"Here's a telegraph form," she announced cheerily, "and my fountain-pen. I'm going to write out the wire for you. What shall I say?" She shifted her position and began to trace the words: "'Accept with many thanks starting soon as possible.' How's that?"
Rafella herself felt happy, extraordinarily elated; his open admiration gave her an unaccustomed sense of importance, and she was conscious of the notice it aroused. Animated, flushed, she looked a picture of exquisite maidenhood, in spite of her plain and homely toilet. In Coventry's eyes the virtuous simplicity of her attire only enhanced her charm. He felt he should hate to behold her in smart, up-to-date clothes.
looking back now, it seemed to him that he had had no relaxation in all that time. He had taken the war too seriously and the shadow of it had lain over him. If it had not been for that, he would not have joined dear old Bob Somers on the very day that he had been demobilised. He had got the habit of being strenuous and self-sacrificing and all the rest of it, and the habit, or whatever it was, had apparently dropped from him almost miraculously in the course of that conversation. It was unquestionably gone. He felt himself, unexpectedly and delightfully, not only free but also young again. He must write to Bob and explain that theory of the lost years of youth and the world's debit account. He would not be hard on his debtor. He would not exact a full repayment of the original loan. He would take only two years. After that he would go back to the strenuous habit of self-sacrifice and leave his youth behind.
"There's lots of food, such as it is," she told
"Bah! Your over-zealousness has cost me dear. I was feeding Flamme to the Aga Kagans to consolidate our position of moral superiority for use as a lever in a number of important negotiations. Now they've backed out! Aga Kaga emerges from the affair wreathed in virtue. You've destroyed a very pretty finesse in power politics, Mr. Magnan! A year's work down the drain!"
Amos tried hard to suppress his feelings. He was afraid those keen orbs of the old Greek skipper might read the secret in his glowing eyes, so he once again clapped the glasses up to his face and appeared to be scanning the sea beyond the nearby island as though in search of something.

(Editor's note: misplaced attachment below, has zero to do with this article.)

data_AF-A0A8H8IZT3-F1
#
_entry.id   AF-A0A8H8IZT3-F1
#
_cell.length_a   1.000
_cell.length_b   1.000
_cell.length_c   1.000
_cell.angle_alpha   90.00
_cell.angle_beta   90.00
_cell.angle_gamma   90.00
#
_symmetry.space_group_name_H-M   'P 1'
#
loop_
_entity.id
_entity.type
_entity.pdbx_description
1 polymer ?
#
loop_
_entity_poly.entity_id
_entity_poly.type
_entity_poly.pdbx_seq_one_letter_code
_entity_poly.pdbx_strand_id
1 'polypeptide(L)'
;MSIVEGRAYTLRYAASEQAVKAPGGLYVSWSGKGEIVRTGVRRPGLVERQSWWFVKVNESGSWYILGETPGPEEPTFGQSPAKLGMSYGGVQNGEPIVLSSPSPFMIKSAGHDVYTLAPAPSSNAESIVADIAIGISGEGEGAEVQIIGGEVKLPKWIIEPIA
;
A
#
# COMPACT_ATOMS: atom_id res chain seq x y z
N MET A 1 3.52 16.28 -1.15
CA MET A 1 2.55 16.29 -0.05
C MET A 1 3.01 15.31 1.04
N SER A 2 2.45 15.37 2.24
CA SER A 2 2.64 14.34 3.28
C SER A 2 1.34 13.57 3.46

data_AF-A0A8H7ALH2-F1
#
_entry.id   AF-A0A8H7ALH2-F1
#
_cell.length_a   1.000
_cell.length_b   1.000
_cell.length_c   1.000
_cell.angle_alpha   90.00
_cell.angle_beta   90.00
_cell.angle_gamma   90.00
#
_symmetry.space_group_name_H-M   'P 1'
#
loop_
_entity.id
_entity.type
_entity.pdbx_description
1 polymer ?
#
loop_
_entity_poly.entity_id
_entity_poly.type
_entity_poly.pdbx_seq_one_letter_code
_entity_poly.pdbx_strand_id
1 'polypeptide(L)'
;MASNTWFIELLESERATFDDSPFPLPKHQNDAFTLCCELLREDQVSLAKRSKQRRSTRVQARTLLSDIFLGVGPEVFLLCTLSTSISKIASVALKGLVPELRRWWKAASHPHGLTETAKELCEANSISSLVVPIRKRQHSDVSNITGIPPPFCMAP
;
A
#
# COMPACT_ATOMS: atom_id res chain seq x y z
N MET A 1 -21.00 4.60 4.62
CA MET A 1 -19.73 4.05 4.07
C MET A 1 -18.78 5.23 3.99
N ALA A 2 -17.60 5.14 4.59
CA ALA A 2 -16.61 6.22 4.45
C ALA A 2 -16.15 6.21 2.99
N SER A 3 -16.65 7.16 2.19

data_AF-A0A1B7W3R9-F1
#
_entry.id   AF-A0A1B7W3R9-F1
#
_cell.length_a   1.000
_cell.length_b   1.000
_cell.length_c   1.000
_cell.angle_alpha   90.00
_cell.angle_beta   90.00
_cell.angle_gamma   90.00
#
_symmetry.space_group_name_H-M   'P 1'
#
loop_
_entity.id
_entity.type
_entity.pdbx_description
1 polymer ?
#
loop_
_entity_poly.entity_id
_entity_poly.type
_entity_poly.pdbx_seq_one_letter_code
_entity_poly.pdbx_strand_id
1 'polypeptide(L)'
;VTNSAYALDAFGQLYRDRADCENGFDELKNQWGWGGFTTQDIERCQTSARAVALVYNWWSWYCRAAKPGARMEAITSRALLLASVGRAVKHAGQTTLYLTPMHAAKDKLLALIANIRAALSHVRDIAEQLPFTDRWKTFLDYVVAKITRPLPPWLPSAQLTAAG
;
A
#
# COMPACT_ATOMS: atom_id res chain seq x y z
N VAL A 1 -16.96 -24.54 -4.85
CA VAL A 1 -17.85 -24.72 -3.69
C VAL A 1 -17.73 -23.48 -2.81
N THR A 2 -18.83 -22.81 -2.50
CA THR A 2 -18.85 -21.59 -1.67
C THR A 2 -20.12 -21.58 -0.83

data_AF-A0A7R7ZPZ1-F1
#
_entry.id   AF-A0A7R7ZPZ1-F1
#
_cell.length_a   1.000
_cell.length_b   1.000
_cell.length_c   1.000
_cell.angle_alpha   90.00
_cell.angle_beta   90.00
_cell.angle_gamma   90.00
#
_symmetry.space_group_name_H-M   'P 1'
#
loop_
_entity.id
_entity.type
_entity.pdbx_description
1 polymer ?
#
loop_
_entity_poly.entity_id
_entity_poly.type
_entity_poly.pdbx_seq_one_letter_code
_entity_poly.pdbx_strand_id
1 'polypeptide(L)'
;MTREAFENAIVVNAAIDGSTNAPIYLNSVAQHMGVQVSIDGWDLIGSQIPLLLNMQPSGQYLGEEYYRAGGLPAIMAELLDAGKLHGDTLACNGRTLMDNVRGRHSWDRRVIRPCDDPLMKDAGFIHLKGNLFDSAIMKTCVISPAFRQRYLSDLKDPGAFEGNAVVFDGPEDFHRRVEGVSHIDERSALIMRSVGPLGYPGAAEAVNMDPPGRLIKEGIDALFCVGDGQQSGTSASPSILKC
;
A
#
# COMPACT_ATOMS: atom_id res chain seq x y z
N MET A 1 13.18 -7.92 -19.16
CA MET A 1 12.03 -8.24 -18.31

The West of Ireland is peculiarly sacred to ancient superstitions of the Sidhe race. There is a poetry in the scenery that touches the heart of the people; they love the beautiful glens, the mountains rising like towers from the sea, the islands sanctified by the memory of a saint, and the green hills where Finvarra holds his court. Every lake and mountain has its legend of the spirit-land, some holy traditions of a saint, or some historic memory of a national hero who flourished in the old great days when Ireland had native chiefs and native swords to guard her; and amongst the Western Irish, especially, the old superstitions of their forefathers are reverenced with a solemn faith and fervour that is almost a religion. Finvarra the king is still believed to rule over all the fairies of the west, and Onagh is the fairy queen. Her golden hair sweeps the ground, and she is robed in silver gossamer all glittering as if with diamonds, but they are dew-drops that sparkle over it.
There seemed to be a salvo of shrill whoops and deeper hurrahs. It was hard to distinguish the cries of the startled Turks from those of the assailants coming on with an impetuous rush from the shelter where they had been lying unseen.
When he bade us good-night he said to me: "You will be the youngest boy in the College, and you have a face worthy of your holy name, John; but I shall call you Little John, Giovannini." And by that name it was that I went all the time I was in Rome.
“I think it is Constance that has done it,” Frances said.
So Faith grew up, and Dan sent her to school what he could, for he set store by her. She was always ailing,——a little wilful, pettish thing, but pretty as a flower; and folks put things into her head, and she began to think she was some great shakes; and she may have been a matter of seventeen years old when Mrs. Devereux died. Dan, as simple at twenty-six as he had been ten years before, thought to go on just in the old way, but the neighbors were one too many for him; and they all represented that it would never do, and so on, till the poor fellow got perplexed and vexed and half beside himself. There wasn’t the first thing she could do for herself, and he couldn’t afford to board her out, for Dan was only a laboring-man, mackerelling all summer and shoemaking all winter, less the dreadful times when he stayed out on the Georges; and then he couldn’t afford, either, to keep her there and ruin the poor girl’s reputation;——and what did Dan do but come to me with it all?
"What is it?" he said.详情 ➢
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